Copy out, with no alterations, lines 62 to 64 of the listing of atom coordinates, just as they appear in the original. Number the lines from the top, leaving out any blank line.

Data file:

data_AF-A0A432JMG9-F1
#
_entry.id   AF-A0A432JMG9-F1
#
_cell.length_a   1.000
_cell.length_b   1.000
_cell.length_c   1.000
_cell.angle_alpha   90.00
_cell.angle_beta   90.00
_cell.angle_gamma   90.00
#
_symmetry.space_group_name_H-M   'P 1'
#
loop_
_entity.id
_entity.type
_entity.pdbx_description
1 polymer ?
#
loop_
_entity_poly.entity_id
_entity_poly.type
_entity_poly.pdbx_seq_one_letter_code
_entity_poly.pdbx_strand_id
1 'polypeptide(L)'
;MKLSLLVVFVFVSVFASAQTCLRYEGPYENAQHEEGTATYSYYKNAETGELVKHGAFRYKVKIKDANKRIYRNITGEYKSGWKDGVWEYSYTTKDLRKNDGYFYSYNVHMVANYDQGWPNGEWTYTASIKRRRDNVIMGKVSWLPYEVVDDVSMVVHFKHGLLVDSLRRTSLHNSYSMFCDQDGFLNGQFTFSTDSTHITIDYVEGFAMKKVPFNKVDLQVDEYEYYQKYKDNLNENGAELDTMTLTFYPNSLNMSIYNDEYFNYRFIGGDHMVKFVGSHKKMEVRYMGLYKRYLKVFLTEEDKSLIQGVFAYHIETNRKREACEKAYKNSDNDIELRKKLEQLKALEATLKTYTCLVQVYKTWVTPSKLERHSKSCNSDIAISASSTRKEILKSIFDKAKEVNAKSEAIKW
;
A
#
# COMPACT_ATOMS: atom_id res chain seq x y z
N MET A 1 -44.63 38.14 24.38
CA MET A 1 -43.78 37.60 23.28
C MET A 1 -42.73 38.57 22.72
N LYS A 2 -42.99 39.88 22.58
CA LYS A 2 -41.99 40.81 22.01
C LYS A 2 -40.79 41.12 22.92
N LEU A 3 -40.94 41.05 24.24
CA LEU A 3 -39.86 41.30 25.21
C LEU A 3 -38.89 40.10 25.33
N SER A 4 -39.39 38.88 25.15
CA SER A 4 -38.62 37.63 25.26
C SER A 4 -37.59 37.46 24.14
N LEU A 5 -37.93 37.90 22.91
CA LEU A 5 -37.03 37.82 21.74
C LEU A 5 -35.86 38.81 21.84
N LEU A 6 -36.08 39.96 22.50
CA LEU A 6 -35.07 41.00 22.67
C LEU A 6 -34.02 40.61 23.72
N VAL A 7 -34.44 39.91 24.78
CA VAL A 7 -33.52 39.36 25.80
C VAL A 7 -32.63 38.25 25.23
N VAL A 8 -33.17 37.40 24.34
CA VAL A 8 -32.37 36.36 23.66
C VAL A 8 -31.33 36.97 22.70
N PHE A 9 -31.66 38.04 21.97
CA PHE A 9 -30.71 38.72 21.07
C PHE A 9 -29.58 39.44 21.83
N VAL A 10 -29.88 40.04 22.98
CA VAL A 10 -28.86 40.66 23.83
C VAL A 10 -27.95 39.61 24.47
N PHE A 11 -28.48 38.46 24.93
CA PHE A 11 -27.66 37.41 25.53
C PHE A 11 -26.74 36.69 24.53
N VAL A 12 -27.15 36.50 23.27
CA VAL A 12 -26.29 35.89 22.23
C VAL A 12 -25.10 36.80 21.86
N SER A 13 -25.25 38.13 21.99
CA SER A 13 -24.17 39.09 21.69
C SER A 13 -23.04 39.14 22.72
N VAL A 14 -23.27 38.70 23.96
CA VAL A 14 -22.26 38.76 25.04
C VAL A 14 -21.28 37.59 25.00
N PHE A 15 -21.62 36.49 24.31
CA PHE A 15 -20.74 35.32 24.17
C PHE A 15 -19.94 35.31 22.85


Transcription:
CA PHE A 11 -27.66 37.41 25.53
C PHE A 11 -26.74 36.69 24.53
N VAL A 12 -27.15 36.50 23.27